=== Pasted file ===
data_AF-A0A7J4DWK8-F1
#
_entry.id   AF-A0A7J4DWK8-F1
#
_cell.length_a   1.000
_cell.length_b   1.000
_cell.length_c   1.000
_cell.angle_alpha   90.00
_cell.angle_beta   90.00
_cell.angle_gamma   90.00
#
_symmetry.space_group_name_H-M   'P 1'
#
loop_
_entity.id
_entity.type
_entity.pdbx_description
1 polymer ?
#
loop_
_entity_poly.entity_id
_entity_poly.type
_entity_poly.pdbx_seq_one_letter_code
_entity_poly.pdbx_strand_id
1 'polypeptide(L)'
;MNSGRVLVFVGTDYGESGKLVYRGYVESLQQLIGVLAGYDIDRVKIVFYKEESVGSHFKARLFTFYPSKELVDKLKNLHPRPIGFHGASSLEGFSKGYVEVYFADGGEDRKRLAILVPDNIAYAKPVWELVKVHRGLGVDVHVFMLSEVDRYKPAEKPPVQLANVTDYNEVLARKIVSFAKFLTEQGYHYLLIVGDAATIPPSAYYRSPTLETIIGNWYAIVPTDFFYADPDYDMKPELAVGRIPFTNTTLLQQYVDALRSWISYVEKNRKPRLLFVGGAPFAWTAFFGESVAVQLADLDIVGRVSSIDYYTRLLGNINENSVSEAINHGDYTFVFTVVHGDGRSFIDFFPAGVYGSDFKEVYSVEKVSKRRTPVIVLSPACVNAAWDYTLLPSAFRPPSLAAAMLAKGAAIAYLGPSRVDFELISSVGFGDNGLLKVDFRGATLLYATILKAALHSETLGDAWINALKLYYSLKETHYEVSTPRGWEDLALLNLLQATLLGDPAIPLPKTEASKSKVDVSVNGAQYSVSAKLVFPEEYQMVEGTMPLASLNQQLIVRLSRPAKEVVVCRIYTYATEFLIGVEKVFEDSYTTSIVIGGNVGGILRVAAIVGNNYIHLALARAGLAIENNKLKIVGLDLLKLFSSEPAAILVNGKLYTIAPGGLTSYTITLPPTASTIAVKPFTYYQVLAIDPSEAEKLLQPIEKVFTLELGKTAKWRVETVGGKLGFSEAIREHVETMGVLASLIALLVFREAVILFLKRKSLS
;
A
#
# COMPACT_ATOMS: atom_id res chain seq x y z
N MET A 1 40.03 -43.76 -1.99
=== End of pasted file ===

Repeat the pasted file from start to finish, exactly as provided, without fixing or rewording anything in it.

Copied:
data_AF-A0A7J4DWK8-F1
#
_entry.id   AF-A0A7J4DWK8-F1
#
_cell.length_a   1.000
_cell.length_b   1.000
_cell.length_c   1.000
_cell.angle_alpha   90.00
_cell.angle_beta   90.00
_cell.angle_gamma   90.00
#
_symmetry.space_group_name_H-M   'P 1'
#
loop_
_entity.id
_entity.type
_entity.pdbx_description
1 polymer ?
#
loop_
_entity_poly.entity_id
_entity_poly.type
_entity_poly.pdbx_seq_one_letter_code
_entity_poly.pdbx_strand_id
1 'polypeptide(L)'
;MNSGRVLVFVGTDYGESGKLVYRGYVESLQQLIGVLAGYDIDRVKIVFYKEESVGSHFKARLFTFYPSKELVDKLKNLHPRPIGFHGASSLEGFSKGYVEVYFADGGEDRKRLAILVPDNIAYAKPVWELVKVHRGLGVDVHVFMLSEVDRYKPAEKPPVQLANVTDYNEVLARKIVSFAKFLTEQGYHYLLIVGDAATIPPSAYYRSPTLETIIGNWYAIVPTDFFYADPDYDMKPELAVGRIPFTNTTLLQQYVDALRSWISYVEKNRKPRLLFVGGAPFAWTAFFGESVAVQLADLDIVGRVSSIDYYTRLLGNINENSVSEAINHGDYTFVFTVVHGDGRSFIDFFPAGVYGSDFKEVYSVEKVSKRRTPVIVLSPACVNAAWDYTLLPSAFRPPSLAAAMLAKGAAIAYLGPSRVDFELISSVGFGDNGLLKVDFRGATLLYATILKAALHSETLGDAWINALKLYYSLKETHYEVSTPRGWEDLALLNLLQATLLGDPAIPLPKTEASKSKVDVSVNGAQYSVSAKLVFPEEYQMVEGTMPLASLNQQLIVRLSRPAKEVVVCRIYTYATEFLIGVEKVFEDSYTTSIVIGGNVGGILRVAAIVGNNYIHLALARAGLAIENNKLKIVGLDLLKLFSSEPAAILVNGKLYTIAPGGLTSYTITLPPTASTIAVKPFTYYQVLAIDPSEAEKLLQPIEKVFTLELGKTAKWRVETVGGKLGFSEAIREHVETMGVLASLIALLVFREAVILFLKRKSLS
;
A
#
# COMPACT_ATOMS: atom_id res chain seq x y z
N MET A 1 40.03 -43.76 -1.99